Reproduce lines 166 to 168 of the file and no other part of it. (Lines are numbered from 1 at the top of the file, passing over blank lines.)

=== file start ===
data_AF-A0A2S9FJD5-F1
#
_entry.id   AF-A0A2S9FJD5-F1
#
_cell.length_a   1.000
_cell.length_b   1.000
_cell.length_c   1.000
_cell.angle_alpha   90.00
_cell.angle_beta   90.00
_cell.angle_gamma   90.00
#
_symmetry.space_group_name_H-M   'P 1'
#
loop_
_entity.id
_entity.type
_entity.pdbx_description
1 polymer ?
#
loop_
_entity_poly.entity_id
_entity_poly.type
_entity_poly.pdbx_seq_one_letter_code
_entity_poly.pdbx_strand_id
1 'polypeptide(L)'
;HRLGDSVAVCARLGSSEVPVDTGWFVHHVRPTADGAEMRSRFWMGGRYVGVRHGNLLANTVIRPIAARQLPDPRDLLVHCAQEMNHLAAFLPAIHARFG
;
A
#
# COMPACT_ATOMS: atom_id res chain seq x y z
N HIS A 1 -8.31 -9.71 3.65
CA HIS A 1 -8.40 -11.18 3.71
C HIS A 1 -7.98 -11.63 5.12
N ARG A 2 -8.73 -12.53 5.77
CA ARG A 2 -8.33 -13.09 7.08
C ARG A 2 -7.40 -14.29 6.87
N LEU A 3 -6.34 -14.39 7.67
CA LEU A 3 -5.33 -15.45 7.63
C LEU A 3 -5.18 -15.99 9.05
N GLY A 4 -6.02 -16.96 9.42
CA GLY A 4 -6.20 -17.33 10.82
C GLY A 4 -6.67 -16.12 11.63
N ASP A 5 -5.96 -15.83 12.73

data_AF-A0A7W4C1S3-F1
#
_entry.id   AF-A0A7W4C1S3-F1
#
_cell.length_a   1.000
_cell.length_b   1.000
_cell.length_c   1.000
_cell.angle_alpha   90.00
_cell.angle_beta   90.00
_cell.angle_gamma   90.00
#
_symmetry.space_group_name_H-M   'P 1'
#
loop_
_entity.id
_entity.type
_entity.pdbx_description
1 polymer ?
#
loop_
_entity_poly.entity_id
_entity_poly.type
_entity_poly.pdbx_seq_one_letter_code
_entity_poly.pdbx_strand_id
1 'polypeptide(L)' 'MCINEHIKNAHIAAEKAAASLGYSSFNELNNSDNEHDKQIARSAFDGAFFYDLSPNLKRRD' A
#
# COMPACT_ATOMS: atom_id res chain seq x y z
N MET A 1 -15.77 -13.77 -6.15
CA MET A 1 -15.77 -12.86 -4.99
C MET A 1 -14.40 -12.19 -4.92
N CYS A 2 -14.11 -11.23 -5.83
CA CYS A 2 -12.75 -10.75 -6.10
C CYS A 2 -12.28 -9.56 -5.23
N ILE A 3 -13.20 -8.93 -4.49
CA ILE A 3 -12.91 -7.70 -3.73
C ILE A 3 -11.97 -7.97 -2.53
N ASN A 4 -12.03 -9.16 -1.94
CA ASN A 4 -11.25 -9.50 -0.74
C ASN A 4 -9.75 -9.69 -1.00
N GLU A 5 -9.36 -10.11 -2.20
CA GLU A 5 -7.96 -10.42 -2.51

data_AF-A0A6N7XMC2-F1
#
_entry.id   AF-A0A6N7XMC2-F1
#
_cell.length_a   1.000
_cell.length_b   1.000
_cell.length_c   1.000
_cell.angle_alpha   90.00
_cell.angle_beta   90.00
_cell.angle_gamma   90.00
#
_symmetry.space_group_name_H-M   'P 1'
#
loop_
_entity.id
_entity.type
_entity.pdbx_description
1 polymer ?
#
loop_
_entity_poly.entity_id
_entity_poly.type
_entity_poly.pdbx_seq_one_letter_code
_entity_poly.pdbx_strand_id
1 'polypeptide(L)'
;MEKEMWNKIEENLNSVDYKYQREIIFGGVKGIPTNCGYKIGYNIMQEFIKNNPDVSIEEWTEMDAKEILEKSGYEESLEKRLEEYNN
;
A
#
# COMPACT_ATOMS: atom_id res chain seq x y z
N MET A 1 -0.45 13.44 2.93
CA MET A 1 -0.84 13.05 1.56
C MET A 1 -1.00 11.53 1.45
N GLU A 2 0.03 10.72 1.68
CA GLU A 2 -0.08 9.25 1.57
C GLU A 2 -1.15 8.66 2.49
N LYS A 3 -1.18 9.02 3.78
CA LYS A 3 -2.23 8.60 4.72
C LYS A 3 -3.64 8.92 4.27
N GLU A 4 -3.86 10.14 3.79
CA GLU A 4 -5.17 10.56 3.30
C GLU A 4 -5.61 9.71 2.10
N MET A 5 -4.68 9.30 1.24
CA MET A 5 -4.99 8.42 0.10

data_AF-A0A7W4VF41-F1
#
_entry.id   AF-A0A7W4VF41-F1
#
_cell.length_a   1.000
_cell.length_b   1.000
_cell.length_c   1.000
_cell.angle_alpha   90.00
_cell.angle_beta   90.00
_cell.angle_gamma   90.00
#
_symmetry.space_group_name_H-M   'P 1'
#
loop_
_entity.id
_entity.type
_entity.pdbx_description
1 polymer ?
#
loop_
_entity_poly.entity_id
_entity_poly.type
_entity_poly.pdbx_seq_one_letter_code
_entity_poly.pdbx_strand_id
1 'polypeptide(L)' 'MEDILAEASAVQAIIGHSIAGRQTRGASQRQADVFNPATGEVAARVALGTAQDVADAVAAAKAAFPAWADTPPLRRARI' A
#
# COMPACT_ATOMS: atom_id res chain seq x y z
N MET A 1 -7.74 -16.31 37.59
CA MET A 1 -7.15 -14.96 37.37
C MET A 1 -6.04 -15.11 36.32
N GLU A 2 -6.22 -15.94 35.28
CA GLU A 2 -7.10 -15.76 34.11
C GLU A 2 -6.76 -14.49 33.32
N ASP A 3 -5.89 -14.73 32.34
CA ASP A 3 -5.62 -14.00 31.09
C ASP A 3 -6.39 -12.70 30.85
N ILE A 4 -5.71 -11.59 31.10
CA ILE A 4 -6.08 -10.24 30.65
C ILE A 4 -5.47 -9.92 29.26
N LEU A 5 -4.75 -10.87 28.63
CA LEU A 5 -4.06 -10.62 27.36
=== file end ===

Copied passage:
CA ILE A 4 -6.08 -10.24 30.65
C ILE A 4 -5.47 -9.92 29.26
N LEU A 5 -4.75 -10.87 28.63